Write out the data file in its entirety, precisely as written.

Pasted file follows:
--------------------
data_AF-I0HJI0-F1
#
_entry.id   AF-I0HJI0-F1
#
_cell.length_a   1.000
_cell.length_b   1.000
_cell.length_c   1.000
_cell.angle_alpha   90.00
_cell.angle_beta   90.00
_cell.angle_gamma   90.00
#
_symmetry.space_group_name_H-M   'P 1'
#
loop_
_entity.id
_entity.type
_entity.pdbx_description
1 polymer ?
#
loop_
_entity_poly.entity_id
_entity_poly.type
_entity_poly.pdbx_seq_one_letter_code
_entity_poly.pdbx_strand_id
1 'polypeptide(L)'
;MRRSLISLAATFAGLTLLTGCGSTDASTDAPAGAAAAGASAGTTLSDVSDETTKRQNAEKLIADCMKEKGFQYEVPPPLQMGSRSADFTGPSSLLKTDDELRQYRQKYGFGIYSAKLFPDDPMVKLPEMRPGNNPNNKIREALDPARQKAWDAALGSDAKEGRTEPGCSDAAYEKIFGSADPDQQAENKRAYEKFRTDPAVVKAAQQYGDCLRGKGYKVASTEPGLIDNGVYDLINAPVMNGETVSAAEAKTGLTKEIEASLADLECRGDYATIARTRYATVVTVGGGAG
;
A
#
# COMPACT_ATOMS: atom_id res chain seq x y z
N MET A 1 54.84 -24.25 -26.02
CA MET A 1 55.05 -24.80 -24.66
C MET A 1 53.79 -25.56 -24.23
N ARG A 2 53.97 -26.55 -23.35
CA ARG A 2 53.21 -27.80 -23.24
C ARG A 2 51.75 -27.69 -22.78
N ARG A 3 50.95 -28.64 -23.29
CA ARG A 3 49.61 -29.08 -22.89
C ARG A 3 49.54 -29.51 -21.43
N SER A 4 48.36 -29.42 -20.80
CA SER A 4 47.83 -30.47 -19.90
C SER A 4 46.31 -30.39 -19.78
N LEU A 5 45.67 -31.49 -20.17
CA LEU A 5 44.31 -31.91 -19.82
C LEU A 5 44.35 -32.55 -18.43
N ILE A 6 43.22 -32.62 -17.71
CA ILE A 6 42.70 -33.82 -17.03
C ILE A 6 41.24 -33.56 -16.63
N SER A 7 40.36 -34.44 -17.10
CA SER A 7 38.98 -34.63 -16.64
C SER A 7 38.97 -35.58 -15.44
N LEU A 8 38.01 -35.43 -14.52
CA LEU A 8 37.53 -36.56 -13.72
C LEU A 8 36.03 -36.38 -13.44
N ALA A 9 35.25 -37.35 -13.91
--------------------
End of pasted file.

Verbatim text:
data_AF-I0HJI0-F1
#
_entry.id   AF-I0HJI0-F1
#
_cell.length_a   1.000
_cell.length_b   1.000
_cell.length_c   1.000
_cell.angle_alpha   90.00
_cell.angle_beta   90.00
_cell.angle_gamma   90.00
#
_symmetry.space_group_name_H-M   'P 1'
#
loop_
_entity.id
_entity.type
_entity.pdbx_description
1 polymer ?
#
loop_
_entity_poly.entity_id
_entity_poly.type
_entity_poly.pdbx_seq_one_letter_code
_entity_poly.pdbx_strand_id
1 'polypeptide(L)'
;MRRSLISLAATFAGLTLLTGCGSTDASTDAPAGAAAAGASAGTTLSDVSDETTKRQNAEKLIADCMKEKGFQYEVPPPLQMGSRSADFTGPSSLLKTDDELRQYRQKYGFGIYSAKLFPDDPMVKLPEMRPGNNPNNKIREALDPARQKAWDAALGSDAKEGRTEPGCSDAAYEKIFGSADPDQQAENKRAYEKFRTDPAVVKAAQQYGDCLRGKGYKVASTEPGLIDNGVYDLINAPVMNGETVSAAEAKTGLTKEIEASLADLECRGDYATIARTRYATVVTVGGGAG
;
A
#
# COMPACT_ATOMS: atom_id res chain seq x y z
N MET A 1 54.84 -24.25 -26.02
CA MET A 1 55.05 -24.80 -24.66
C MET A 1 53.79 -25.56 -24.23
N ARG A 2 53.97 -26.55 -23.35
CA ARG A 2 53.21 -27.80 -23.24
C ARG A 2 51.75 -27.69 -22.78
N ARG A 3 50.95 -28.64 -23.29
CA ARG A 3 49.61 -29.08 -22.89
C ARG A 3 49.54 -29.51 -21.43
N SER A 4 48.36 -29.42 -20.80
CA SER A 4 47.83 -30.47 -19.90
C SER A 4 46.31 -30.39 -19.78
N LEU A 5 45.67 -31.49 -20.17
CA LEU A 5 44.31 -31.91 -19.82
C LEU A 5 44.35 -32.55 -18.43
N ILE A 6 43.22 -32.62 -17.71
CA ILE A 6 42.70 -33.82 -17.03
C ILE A 6 41.24 -33.56 -16.63
N SER A 7 40.36 -34.44 -17.10
CA SER A 7 38.98 -34.63 -16.64
C SER A 7 38.97 -35.58 -15.44
N LEU A 8 38.01 -35.43 -14.52
CA LEU A 8 37.53 -36.56 -13.72
C LEU A 8 36.03 -36.38 -13.44
N ALA A 9 35.25 -37.35 -13.91